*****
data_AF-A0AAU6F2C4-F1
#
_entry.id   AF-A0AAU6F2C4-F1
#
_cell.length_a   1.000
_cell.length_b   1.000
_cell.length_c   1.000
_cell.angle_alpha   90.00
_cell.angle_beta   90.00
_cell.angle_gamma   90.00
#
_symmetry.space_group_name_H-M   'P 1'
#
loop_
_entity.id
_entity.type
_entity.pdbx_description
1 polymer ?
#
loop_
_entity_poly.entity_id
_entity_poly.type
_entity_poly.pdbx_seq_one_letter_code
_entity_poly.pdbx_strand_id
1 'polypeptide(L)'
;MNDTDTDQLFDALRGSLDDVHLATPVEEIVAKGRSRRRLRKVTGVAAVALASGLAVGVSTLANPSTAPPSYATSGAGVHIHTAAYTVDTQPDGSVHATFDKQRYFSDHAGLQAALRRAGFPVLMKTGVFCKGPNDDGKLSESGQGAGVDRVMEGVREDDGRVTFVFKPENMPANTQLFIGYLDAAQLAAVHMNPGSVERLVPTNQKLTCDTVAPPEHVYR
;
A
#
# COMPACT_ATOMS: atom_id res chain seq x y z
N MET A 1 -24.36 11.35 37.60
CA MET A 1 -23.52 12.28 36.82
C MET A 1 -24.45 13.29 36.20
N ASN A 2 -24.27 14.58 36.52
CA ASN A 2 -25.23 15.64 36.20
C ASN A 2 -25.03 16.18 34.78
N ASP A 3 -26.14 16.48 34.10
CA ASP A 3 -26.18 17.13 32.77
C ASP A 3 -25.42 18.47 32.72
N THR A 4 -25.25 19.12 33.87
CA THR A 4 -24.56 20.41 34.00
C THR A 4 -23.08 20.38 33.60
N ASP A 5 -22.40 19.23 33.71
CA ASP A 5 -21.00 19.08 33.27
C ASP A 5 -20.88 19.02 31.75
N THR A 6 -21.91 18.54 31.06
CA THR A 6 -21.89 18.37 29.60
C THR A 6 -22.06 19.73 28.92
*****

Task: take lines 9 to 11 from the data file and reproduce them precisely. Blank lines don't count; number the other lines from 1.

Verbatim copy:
_cell.angle_beta   90.00
_cell.angle_gamma   90.00
#